Chancellor Rishi Sunak delivered a summer statement today in which he outlined the government’s “plan for jobs” to tackle unemployment post-Covid-19.
The statement included a number of funding boosts and new policies for apprentices and skills, ranging from employer cash incentives to a third year of education to school and college leavers.
FE Week has the key points:
1. Cash incentives for employers to hire new apprentices
Sunak announced a “brand new bonus” for employers to hire apprentices over the next six months.
From August 2020 to January 2021, any firm that hires a new young apprentice aged 16 to 24 will receive £2,000, while those that hire new apprentices aged 25 and over will be paid £1,500.
These payments will be in addition to the existing £1,000 incentive the government already provides for new 16 to 18 year-old apprentices, and those aged under 25 with an education, health and care plan where that applies.
It means that employers could receive up to £3,000 for hiring 16 to 18 year old apprentices during the six month incentive scheme.
2. £2bn ‘kickstart’ programme
The chancellor said the government will introduce an “initial” new £2 billion “kickstart” fund to create “hundreds of thousands of high quality” six-month work placements aimed at those aged 16 to 24 who are on Universal Credit and are deemed to be at risk of long-term unemployment.
Funding, which will cover 100 per cent of the relevant national minimum wage by age group for a minimum of 25 hours a week, will be conditional on the firm proving these jobs are “new”.
If employers meet these conditions “we will pay young people’s wages for six months plus an amount to cover overheads”, Sunak said. That means for a 24 year old the grant will be around £6,500, he added.
There will be no cap on the number of placements and the scheme will be open to funding applications from August 2020, with the first jobs are expected to begin in the autumn.
However, young people taking part in the programme cannot also be apprentices (click here for full story).
3. £111m boost for ‘proven’ traineeships
Sunak confirmed the government will provide an additional £111 million this year for traineeships in England, in a bid to triple participation in the “proven” programme.
Incentives of £1,000 per trainee will be paid, and eligibility for traineeships will be expanded to those with level 3 qualifications and below.
A Treasury spokesperson told FE Week the £1,000 bonus will be limited to 10 trainees per employer and the budget increase will also pay for a 55 percent increase in the training provider payment for 19 to 24-year-olds from £970 to £1,500.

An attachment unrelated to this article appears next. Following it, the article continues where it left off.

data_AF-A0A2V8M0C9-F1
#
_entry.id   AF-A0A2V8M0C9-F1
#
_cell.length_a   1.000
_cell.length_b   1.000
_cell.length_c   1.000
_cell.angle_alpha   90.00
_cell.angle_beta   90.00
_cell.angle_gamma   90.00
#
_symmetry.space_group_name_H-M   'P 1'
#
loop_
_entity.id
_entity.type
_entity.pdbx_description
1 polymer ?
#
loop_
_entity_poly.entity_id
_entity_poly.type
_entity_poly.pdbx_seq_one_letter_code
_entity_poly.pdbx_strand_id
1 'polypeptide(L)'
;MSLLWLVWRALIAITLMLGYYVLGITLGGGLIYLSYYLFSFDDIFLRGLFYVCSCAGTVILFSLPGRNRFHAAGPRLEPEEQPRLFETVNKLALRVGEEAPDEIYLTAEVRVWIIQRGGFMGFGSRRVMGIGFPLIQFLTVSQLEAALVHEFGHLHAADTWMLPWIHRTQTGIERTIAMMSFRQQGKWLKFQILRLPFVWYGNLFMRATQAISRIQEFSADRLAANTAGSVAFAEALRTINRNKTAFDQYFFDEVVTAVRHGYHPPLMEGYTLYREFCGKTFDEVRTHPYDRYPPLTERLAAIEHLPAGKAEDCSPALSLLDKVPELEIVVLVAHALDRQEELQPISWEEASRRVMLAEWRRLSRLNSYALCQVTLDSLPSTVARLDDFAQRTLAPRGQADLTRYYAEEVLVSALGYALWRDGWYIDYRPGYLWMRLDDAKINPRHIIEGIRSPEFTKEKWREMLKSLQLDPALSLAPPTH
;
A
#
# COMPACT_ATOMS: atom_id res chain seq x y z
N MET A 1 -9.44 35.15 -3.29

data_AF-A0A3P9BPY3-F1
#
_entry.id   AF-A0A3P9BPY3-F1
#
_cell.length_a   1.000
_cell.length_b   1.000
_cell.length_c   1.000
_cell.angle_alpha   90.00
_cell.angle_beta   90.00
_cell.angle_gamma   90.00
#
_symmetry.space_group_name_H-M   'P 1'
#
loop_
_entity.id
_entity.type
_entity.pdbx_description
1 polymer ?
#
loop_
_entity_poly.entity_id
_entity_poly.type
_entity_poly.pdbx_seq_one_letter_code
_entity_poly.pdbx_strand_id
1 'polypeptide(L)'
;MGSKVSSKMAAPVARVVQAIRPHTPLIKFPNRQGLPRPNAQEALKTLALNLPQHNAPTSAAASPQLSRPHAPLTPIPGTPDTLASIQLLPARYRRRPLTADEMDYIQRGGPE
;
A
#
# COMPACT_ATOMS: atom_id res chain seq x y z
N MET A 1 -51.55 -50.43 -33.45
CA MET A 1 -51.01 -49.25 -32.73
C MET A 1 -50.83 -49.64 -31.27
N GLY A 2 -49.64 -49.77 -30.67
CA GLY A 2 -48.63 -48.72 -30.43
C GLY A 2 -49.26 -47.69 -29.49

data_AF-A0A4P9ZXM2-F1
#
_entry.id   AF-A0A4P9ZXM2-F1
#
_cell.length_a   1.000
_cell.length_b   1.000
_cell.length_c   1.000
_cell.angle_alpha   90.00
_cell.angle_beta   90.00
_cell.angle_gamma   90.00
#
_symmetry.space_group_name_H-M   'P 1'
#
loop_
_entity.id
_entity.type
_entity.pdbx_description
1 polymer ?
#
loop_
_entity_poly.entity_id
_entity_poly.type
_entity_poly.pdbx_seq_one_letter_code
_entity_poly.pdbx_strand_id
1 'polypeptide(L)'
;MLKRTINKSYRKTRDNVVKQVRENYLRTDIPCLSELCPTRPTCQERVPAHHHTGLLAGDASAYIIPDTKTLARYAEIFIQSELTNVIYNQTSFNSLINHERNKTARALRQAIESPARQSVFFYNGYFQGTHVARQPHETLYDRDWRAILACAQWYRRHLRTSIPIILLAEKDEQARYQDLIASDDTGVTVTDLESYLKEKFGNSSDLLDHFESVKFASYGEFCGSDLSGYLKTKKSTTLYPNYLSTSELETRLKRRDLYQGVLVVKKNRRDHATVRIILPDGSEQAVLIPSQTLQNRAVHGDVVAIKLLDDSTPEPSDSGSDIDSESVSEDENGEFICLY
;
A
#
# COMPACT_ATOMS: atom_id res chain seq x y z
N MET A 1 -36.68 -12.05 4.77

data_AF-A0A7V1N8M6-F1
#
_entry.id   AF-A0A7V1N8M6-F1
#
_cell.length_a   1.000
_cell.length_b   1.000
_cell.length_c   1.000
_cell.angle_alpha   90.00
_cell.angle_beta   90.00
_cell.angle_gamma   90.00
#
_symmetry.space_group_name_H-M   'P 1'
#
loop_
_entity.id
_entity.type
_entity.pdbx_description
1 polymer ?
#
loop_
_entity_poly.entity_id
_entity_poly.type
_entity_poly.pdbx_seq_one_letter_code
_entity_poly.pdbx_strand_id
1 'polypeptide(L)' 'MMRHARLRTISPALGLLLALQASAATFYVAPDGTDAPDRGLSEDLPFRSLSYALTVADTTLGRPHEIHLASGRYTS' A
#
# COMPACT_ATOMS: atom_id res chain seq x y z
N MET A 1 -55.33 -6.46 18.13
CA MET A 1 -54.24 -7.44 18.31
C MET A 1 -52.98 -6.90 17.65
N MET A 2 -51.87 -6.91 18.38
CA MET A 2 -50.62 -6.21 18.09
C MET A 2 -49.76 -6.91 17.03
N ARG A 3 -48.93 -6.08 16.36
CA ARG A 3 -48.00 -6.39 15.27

There were just 14,900 starts on traineeships last year.
4. £101m for school and college leavers to return for a third year
The chancellor pledged £101 million to give all 18 to 19 year olds who are struggling to find work in England the “opportunity” to study “targeted high value level 2 and 3 courses” throughout 2020-21.
FE Week has asked Treasury for further details but the Department for Education explained it will involve offering school and college leavers that are at risk of becoming NEET an additional optional paid extra year in education.
A full list of qualifications available for the fund will be published in due course but it is expected to apply to A-levels in science, technology, English and maths, as well as qualifications in ICT and construction, for example.
5. £32m for the National Careers Service
The government will provide an additional £32 million funding over the next two years for the National Careers Service so that 269,000 more people in England can receive “personalised advice on training and work”.
6. Tripling of sector-based work academies
Sunak said £17 million will be made available to “triple the number of sector-based work academy placements in 2020-21”.
The scheme, run by the Department for Work and Pensions, typically lasts for up to six weeks and includes pre-employment training, a work experience placement, and a “guaranteed” job interview.
The Treasury said the funding boost will enable sector-based work academies to provide “vocational training and guaranteed interviews for more people, helping them gain the skills needed for the jobs available in their local area”.
7. Early release of college capital funding
In his budget last year, Sunak committed to making £1.5 billion available to for college capital projects from 2021.
As previously announced by prime minister Boris Johnson, the government will bring forward £200 million of this to 2020-21 to support colleges to carry out “urgent and essential maintenance projects”.